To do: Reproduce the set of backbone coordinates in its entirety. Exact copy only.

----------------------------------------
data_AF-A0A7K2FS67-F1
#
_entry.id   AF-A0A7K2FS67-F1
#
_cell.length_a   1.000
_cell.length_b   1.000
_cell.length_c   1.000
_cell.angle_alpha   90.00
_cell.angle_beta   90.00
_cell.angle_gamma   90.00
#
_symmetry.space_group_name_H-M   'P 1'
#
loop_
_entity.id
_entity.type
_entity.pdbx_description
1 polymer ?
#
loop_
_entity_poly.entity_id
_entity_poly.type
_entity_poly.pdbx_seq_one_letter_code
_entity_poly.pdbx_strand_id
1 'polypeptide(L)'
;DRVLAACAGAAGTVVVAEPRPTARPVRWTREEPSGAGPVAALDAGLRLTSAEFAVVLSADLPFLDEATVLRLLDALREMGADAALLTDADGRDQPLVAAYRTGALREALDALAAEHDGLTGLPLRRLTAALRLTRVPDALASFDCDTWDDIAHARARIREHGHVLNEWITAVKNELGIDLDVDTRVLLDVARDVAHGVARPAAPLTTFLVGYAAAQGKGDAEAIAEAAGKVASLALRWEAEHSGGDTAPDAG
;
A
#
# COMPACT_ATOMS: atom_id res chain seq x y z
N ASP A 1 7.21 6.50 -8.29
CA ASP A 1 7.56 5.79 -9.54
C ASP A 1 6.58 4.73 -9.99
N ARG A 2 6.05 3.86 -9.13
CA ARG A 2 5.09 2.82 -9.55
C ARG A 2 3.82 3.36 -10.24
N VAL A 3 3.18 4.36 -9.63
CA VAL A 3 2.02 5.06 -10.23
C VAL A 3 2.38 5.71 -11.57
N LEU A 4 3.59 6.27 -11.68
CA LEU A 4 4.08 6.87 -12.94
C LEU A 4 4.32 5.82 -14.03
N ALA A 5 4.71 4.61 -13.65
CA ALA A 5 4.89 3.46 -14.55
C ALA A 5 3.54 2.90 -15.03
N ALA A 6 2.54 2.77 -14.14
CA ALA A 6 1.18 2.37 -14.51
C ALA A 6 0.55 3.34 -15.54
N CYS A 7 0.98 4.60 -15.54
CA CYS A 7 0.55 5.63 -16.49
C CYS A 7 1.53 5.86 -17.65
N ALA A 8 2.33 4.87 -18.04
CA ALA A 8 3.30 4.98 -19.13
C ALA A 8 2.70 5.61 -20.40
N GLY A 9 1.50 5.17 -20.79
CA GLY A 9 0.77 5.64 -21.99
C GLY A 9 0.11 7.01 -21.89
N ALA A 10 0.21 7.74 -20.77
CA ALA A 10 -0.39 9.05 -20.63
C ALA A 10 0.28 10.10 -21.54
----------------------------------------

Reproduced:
data_AF-A0A7K2FS67-F1
#
_entry.id   AF-A0A7K2FS67-F1
#
_cell.length_a   1.000
_cell.length_b   1.000
_cell.length_c   1.000
_cell.angle_alpha   90.00
_cell.angle_beta   90.00
_cell.angle_gamma   90.00
#
_symmetry.space_group_name_H-M   'P 1'
#
loop_
_entity.id
_entity.type
_entity.pdbx_description
1 polymer ?
#
loop_
_entity_poly.entity_id
_entity_poly.type
_entity_poly.pdbx_seq_one_letter_code
_entity_poly.pdbx_strand_id
1 'polypeptide(L)'
;DRVLAACAGAAGTVVVAEPRPTARPVRWTREEPSGAGPVAALDAGLRLTSAEFAVVLSADLPFLDEATVLRLLDALREMGADAALLTDADGRDQPLVAAYRTGALREALDALAAEHDGLTGLPLRRLTAALRLTRVPDALASFDCDTWDDIAHARARIREHGHVLNEWITAVKNELGIDLDVDTRVLLDVARDVAHGVARPAAPLTTFLVGYAAAQGKGDAEAIAEAAGKVASLALRWEAEHSGGDTAPDAG
;
A
#
# COMPACT_ATOMS: atom_id res chain seq x y z
N ASP A 1 7.21 6.50 -8.29
CA ASP A 1 7.56 5.79 -9.54
C ASP A 1 6.58 4.73 -9.99
N ARG A 2 6.05 3.86 -9.13
CA ARG A 2 5.09 2.82 -9.55
C ARG A 2 3.82 3.36 -10.24
N VAL A 3 3.18 4.36 -9.63
CA VAL A 3 2.02 5.06 -10.23
C VAL A 3 2.38 5.71 -11.57
N LEU A 4 3.59 6.27 -11.68
CA LEU A 4 4.08 6.87 -12.94
C LEU A 4 4.32 5.82 -14.03
N ALA A 5 4.71 4.61 -13.65
CA ALA A 5 4.89 3.46 -14.55
C ALA A 5 3.54 2.90 -15.03
N ALA A 6 2.54 2.77 -14.14
CA ALA A 6 1.18 2.37 -14.51
C ALA A 6 0.55 3.34 -15.54
N CYS A 7 0.98 4.60 -15.54
CA CYS A 7 0.55 5.63 -16.49
C CYS A 7 1.53 5.86 -17.65
N ALA A 8 2.33 4.87 -18.04
CA ALA A 8 3.30 4.98 -19.13
C ALA A 8 2.70 5.61 -20.40
N GLY A 9 1.50 5.17 -20.79
CA GLY A 9 0.77 5.64 -21.99
C GLY A 9 0.11 7.01 -21.89
N ALA A 10 0.21 7.74 -20.77
CA ALA A 10 -0.39 9.05 -20.63
C ALA A 10 0.28 10.10 -21.54